Counterpoint: Threats To A Safe Food Supply

December 7, 2010 7:52 am | by by Krystal Gabert, Editor, Food Manufacturing

The exemption of small producers from the regulations contained within the Food Safety Modernization Act may ease the burden of an agency already spread too thin. Last week, the U.S. Senate passed the Food Safety Modernization Act, granting more regulatory authority to the FDA. The future of the bill is uncertain, as the  senate’s inclusion of a fee structure  to fund the bill deviates from parliamentary rules, and even if the congress is able to get the bill on track, it must return to the house to be reconciled with the original version passed there.

Point: Small Doesn’t Mean Safe

December 7, 2010 7:51 am | by by Lindsey Coblentz, Associate Editor, Food Manufacturing

The food safety bill has cleared the Senate and is headed back to the House, but not without some changes. One amendment looks to exempt smaller producers from FDA regulation which, if kept in the legislation, will compromise the agency’s ability to ensure a completely safe U.S. food supply.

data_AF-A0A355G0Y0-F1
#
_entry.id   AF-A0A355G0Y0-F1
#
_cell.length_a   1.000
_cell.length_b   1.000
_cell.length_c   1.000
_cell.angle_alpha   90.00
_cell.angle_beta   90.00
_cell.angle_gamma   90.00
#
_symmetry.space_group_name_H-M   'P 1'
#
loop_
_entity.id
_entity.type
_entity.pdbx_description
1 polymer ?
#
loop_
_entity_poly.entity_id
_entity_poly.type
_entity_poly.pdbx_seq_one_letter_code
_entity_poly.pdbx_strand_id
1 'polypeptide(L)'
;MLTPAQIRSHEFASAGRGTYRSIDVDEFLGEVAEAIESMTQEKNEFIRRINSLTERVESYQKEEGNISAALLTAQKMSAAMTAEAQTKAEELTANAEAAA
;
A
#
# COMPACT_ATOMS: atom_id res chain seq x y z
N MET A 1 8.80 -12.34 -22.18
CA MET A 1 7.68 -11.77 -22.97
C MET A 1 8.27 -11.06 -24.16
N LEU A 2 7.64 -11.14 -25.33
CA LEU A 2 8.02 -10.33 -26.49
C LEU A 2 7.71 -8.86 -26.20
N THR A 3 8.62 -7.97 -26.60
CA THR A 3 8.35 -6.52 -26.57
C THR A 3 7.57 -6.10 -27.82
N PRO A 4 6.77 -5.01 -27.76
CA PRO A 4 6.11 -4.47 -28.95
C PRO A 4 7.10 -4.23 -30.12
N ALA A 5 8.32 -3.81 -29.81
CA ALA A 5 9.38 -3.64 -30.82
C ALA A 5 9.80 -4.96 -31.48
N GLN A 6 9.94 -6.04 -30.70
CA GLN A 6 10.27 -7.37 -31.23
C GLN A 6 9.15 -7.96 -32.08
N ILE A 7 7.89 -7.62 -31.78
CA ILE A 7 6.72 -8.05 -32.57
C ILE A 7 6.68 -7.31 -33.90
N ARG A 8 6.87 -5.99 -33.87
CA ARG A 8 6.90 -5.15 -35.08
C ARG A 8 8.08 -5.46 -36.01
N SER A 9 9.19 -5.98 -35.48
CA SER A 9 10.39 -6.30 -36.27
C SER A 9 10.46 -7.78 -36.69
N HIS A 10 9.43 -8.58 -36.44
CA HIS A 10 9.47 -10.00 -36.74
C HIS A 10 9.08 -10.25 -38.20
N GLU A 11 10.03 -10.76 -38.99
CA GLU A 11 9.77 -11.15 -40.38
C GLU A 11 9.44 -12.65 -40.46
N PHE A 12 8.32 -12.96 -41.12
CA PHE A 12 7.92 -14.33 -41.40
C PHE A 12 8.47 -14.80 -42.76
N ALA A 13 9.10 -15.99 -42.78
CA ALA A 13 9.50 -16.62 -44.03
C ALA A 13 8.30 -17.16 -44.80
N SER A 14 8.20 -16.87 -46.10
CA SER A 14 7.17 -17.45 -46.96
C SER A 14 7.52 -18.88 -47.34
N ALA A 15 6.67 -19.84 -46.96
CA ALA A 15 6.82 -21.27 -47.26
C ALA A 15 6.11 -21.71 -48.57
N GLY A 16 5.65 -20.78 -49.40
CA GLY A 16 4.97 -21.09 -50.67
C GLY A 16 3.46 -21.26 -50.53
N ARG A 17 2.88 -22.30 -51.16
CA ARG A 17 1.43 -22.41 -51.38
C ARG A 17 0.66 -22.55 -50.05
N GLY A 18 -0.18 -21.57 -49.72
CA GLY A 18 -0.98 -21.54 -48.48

Breaking Up Over Coffee

November 23, 2010 9:08 am | by by Lindsey Coblentz, Associate Editor, Food Manufacturing

Breaking up is a very delicate art with so many intricate details. There is the venue—do you do it over the phone or in person? If you do it in person, should you do it over dinner, or maybe something shorter like a cup of coffee? The café breakup is often a popular choice. It’s short and sweet, and let’s face it, the pang of heartbreak may be slightly lessened by ingesting legal stimulants.

Candy And Capital Punishment

November 11, 2010 9:54 am | by by Amy Lawrence, News Editor, Manufacturing.net

When I was younger, the scariest thing about Halloween was Michael Myers and the creepy woman down the street who was straight out of  Hansel and Gretel . Who knows what could have been in that candy? Jump ahead a decade or so, and you still don’t know what’s in the candy. Children’s jewelry has toxic metal.

And I Think It’s Going To Be A Long, Long Time

November 11, 2010 5:13 am | by by David Mantey, Editor, PD&D

Knowing the implications such a device would have on my life expectancy, I will be the first in line to propel into the night on one of Rossy’s custom-made jet-propelled wingsuits. On the road again. The travel distance was greater than a five-hour drive, which means that I allowed myself to succumb to the will of the airlines.

Making The Grade

November 8, 2010 6:26 am | by by Lindsey Coblentz, Associate Editor, Food Manufacturing